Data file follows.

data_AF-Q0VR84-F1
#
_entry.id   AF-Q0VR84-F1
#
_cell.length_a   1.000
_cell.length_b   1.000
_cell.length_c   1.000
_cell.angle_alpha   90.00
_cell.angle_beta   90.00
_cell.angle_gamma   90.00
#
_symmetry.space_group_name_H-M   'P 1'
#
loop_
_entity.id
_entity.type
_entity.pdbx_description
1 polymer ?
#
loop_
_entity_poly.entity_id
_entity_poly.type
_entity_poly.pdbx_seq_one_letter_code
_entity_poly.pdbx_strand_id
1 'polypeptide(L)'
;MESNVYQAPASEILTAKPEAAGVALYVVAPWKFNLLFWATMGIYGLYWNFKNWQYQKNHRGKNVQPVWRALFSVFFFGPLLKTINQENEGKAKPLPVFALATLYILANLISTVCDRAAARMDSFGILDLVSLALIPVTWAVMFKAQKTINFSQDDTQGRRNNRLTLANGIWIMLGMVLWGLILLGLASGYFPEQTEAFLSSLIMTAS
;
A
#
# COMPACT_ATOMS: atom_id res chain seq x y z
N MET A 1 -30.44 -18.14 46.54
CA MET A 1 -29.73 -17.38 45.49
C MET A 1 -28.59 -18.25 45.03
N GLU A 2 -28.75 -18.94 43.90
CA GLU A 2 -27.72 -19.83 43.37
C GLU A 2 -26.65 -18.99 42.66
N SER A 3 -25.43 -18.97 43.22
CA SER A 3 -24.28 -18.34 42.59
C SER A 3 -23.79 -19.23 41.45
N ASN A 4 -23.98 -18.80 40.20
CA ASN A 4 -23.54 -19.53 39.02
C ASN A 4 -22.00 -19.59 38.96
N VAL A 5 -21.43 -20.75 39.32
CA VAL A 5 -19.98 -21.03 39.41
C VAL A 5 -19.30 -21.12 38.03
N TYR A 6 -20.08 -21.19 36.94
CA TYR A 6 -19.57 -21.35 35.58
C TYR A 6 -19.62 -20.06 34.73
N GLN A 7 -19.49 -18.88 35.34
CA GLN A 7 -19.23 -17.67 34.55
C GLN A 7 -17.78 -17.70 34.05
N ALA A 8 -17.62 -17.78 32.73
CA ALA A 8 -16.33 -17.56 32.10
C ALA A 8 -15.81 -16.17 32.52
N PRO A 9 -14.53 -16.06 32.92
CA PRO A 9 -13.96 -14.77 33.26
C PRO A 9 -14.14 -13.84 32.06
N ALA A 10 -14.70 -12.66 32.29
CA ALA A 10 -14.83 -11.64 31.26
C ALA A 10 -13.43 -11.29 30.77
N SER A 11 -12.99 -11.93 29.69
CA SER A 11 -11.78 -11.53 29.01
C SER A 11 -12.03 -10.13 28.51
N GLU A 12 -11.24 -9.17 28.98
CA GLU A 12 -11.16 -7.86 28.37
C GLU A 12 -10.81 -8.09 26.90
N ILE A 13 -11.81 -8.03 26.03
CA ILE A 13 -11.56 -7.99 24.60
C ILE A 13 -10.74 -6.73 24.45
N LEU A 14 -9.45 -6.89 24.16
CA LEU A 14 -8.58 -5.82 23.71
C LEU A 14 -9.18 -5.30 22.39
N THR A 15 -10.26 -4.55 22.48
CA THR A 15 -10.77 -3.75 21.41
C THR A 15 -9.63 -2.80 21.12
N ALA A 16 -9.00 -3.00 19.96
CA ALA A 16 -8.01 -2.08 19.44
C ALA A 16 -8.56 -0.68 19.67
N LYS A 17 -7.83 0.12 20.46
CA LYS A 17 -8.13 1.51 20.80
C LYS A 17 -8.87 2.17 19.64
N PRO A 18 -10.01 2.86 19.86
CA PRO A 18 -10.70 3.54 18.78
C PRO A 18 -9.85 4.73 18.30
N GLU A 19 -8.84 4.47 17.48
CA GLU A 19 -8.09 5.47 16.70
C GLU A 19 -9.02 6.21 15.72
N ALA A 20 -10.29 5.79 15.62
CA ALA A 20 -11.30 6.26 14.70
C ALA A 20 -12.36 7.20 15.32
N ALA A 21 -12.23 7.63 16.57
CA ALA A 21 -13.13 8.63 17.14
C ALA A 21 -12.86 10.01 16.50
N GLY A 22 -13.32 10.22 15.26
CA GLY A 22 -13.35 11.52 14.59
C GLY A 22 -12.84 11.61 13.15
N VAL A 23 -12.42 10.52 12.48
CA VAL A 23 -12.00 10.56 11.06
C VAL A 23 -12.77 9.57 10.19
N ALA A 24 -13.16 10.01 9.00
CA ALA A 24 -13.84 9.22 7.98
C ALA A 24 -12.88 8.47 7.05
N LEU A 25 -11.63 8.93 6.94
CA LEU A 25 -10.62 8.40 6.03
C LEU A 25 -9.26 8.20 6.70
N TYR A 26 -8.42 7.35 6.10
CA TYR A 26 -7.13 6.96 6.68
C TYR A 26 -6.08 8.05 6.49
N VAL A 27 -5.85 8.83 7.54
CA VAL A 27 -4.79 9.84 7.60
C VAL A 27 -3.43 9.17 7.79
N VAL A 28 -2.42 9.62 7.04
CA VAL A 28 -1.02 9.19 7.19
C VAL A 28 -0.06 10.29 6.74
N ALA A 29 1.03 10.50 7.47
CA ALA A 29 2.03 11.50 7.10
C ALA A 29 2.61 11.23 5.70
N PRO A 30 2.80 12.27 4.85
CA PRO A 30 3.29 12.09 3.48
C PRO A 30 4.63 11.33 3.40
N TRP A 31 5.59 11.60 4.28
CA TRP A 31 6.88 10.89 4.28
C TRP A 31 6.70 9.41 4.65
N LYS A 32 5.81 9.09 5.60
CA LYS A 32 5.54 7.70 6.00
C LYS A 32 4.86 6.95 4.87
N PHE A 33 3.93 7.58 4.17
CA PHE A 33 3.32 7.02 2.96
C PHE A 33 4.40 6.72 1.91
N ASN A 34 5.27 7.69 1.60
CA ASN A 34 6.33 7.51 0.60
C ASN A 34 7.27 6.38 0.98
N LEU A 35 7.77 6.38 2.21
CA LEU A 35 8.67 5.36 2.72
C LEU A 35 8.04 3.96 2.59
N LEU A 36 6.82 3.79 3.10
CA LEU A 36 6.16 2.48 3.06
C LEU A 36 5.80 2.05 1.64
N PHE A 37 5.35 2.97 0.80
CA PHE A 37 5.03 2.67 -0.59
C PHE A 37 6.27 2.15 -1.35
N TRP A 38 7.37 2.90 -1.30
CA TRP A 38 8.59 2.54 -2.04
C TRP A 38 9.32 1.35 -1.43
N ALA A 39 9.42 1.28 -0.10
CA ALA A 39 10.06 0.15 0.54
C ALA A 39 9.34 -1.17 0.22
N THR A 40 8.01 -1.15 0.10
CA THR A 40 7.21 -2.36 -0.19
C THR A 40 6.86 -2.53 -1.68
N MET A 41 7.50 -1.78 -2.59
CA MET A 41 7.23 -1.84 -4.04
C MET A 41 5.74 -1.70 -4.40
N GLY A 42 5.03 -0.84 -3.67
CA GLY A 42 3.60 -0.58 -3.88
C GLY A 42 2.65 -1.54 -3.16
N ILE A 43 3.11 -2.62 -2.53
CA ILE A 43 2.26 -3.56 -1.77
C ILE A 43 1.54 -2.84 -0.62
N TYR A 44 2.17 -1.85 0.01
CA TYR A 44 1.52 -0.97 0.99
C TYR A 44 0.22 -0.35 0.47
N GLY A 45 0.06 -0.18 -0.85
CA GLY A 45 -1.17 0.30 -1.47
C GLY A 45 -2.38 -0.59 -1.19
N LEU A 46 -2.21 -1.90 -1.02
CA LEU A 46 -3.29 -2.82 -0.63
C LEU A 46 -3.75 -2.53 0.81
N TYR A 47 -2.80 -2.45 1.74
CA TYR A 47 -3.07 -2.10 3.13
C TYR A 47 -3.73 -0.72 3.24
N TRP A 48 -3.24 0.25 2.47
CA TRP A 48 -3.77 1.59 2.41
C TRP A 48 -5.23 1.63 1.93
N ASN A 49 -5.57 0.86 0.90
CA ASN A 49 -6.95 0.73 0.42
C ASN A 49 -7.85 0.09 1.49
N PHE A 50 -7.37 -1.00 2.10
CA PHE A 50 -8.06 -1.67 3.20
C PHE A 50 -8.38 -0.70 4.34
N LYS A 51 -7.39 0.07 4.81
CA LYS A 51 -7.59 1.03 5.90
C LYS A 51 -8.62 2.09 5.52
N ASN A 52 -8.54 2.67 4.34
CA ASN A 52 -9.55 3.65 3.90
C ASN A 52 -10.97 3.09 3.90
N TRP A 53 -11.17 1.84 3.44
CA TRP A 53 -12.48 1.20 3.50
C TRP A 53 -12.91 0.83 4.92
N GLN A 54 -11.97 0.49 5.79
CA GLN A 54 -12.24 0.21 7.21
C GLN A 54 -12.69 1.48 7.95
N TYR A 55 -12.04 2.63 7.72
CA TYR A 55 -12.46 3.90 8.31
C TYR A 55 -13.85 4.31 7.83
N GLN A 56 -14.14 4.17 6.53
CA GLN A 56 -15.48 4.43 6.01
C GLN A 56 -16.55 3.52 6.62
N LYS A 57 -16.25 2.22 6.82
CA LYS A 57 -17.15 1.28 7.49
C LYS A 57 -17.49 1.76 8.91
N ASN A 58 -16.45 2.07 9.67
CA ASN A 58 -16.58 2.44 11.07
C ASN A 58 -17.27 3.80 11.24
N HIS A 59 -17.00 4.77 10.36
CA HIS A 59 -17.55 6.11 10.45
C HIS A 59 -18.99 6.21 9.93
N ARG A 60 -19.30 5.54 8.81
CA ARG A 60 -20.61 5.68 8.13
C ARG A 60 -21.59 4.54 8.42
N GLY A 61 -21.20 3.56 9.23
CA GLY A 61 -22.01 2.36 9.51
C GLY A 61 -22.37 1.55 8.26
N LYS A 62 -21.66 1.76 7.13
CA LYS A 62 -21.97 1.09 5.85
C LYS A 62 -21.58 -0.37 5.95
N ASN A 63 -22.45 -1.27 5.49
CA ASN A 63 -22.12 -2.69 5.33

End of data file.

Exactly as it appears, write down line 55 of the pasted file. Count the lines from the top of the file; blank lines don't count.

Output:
N PRO A 9 -14.53 -16.06 32.92